Beethoven: Mass in C - Sir Colin Davis
LSO Live LSO0594
Classical - Vocal
Beethoven: Mass in C
Sally Matthews (soprano)
Sara Mingardo (alto)
John Mark Ainsley (tenor)
Alastair Miles (bass)
London Symphony Chorus
London Symphony Orchestra
Sir Colin Davis (conductor)
Commissioned by Prince Nikolaus Esterházy II to celebrate his wife’s name-day in 1807, Beethoven’s early Mass in C contains some of the composer’s most sublime music for voices. Although his original treatment of the text distressed the Prince at its premiere, the Mass is now regarded as one of Beethoven’s most moving works.
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Review by John Miller - January 14, 2010
Beethoven was a deeply religious man, but wanted nothing to do with the Clergy or the established Church, which he viewed as obscuring his personal relationship with God. He only produced two sacred works; the present Mass in C and, some 16 years later, the great masterpiece of his Missa Solemnis, which has unfortunately cast the earlier Mass aside.
How did Beethoven come to write his first work for the Church? It was initiated by a commission from Prince Nicolaus Esterházy II, who wanted a Mass for the name-day of his wife. As the Prince's Kapellmeister, Haydn had been providing this music, notable the last 6 great masses, but was by then a retired septuagenarian. For several years, the Prince employed fashionable Viennese favourites Fuchs and Hummel to compose the celebratory works, but in 1807 he turned to Beethoven, whose reputation, based on the success of the young tyro's first four symphonies, was in the ascendant.
Beethoven at that time was in the heated process of writing his Fifth Symphony, and may have seen the commission as a welcome (and more restful) diversion. He based his score on examples by his former master Haydn, but whereas Haydn had produced mostly vivid and colourful works, with operatic solos and exuberant choruses, Beethoven followed his own heart and religious inclinations in providing a work which was mostly contemplative and gently lyrical. The Prince was frankly disgusted with Beethoven's Mass in C, telling Beethoven as much and dismissing it in letters to his friends. Beethoven, of course, was deeply affronted, and the work lay unpublished for many years until he finally re-dedicated it to one of his own sympathetic sponsors.
My touchstone performance of the Mass in C is the incandescent RBCD by Gardiner. Compared with Gardiner's Haydn-sized Orchestre Révolutionnaire et Romantique and the medium-sized Monteverdi Choir, Davis of course has the full-strength LSO and its Chorus, who together would just about have filled the Bergkirche at Eisenstadt, where the masses were performed. Such large forces often incur problems of momentum, and this is notable in relative timings, with Gardiner being nearly three minutes faster than Davis in the Gloria and a minute or so faster in the Credo.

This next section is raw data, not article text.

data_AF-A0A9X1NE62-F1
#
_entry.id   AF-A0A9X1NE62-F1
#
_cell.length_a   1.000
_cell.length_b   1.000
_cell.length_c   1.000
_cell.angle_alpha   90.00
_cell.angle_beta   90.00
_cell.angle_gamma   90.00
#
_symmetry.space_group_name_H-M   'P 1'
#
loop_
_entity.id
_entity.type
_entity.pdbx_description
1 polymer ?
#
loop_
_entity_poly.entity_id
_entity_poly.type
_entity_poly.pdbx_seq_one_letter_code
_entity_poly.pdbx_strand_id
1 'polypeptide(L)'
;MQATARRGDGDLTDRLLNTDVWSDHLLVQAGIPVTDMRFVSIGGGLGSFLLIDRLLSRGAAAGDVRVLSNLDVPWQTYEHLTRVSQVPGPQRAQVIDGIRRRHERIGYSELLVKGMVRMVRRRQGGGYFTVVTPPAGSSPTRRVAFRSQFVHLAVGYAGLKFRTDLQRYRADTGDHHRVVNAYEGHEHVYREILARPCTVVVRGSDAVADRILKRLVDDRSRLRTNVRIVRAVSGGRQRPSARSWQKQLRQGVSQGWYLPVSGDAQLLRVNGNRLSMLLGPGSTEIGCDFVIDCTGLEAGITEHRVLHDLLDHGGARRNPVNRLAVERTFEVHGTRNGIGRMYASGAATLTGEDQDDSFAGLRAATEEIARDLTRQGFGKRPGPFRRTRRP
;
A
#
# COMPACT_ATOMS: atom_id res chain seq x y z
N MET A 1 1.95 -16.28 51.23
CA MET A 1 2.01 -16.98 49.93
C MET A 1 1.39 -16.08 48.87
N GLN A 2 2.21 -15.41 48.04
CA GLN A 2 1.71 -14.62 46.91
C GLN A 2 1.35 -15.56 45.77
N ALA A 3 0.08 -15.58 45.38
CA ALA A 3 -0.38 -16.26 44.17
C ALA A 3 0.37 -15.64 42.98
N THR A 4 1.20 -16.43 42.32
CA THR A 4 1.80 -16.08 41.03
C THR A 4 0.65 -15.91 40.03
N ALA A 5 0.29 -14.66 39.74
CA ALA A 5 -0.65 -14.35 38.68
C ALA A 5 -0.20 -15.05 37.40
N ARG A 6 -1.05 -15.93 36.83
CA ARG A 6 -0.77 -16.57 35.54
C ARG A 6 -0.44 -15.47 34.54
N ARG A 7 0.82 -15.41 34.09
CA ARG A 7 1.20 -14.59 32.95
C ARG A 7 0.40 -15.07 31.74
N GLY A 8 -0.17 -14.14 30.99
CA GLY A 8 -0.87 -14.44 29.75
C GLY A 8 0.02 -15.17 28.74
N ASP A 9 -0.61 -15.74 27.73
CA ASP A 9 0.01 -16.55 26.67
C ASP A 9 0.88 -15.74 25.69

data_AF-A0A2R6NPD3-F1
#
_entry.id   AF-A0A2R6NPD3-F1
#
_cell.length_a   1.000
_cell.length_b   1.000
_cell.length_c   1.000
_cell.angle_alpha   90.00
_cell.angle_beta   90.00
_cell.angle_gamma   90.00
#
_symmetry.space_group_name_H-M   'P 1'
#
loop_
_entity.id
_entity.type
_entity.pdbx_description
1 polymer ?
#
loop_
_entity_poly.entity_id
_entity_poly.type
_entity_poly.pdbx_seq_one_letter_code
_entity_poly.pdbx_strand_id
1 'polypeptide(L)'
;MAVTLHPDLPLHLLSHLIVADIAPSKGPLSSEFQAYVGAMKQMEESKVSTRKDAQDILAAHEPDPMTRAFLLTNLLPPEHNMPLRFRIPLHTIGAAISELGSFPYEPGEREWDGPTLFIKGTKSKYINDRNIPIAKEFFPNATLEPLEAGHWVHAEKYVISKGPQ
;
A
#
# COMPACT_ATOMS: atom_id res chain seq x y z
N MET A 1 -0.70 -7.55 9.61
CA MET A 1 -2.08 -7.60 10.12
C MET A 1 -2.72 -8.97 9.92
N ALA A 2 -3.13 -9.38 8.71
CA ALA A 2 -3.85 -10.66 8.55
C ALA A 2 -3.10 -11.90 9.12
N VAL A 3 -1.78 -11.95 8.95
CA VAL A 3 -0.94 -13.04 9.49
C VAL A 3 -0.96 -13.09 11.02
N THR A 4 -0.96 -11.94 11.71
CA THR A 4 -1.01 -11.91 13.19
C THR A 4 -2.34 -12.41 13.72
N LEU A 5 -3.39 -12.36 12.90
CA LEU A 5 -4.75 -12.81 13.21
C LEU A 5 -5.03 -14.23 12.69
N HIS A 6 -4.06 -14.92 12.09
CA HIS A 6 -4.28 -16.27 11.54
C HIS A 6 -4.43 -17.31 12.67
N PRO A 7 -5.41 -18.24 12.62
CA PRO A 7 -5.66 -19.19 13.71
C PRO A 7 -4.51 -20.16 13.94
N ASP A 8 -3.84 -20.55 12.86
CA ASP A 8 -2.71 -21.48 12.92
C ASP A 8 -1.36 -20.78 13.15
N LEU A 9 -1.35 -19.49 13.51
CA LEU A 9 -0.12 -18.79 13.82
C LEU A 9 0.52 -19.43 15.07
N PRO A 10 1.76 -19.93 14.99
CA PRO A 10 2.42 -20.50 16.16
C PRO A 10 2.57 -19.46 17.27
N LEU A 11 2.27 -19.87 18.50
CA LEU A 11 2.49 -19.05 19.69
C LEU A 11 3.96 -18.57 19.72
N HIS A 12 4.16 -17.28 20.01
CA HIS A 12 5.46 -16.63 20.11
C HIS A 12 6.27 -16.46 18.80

Gardiner's forces have tremendous attack and spirit, nuance the gentler music with natural flow. Their fugal endings to the Gloria and Credo are fiery and carry great rhythmic impetus, compared with Davis and his choir, where the Gloria's 'Quoniam' in particular is metrical and rather dull. The choir, however, sing quite well in the more lyrical sections, and the very experienced solo quartet members are very good,reacting to each other's lines impeccably. Tenor John Mark Ainsley's voice is, however, becoming a little grainy and some strain is evident in reaching for Beethoven's high tessitura. Sir Colin of course encourages everyone with his own crooning, although this is not particularly distracting. Overall, this performance, although of a very good standard for a live audience, seems to me to have more than a touch of 'Choral Society' about it, whereas Gardiner's version simply takes fire, has much more light and shade and shows what a marvellous work the Mass in C really is.
Gardiner is also aided by a more transparent recording which allows the winds and brass, better balanced against a smaller string section, to come through more effectively. The performance has an appealing ambience, enabling the climaxes to expand thrillingly. LSO Live are still handicapped by the desiccating Barbican venue, and although rear speakers on the multichannel track add a welcome touch more resonance, there is still little focussed front-to-back perspective.
Most albums of the Mass in C have several useful fillers; Gardiner offers the miraculous Meeresstille und glückliche Fahrt (an impressionistic tone poem for choir and orchestra) and the concert aria 'Ah perfido!', Op.65. LSO Live come up with the strangest of bedfellows for the Mass - the 'Prisoner's Chorus' taken from their previous complete Fidelio. Here the recording is much closer and even drier, with the opening barely audible, diction is often muffled and violins oddly cut through the textures, desperately wanting in bloom.
All in all, a worthy offering at medium price, attractive if you are looking for this marvellous and neglected piece of Beethoven on SACD. My personal preference, however, is Gardiner's revelatory one, in more flattering sound.
Copyright © 2010 John Miller and HRAudio.net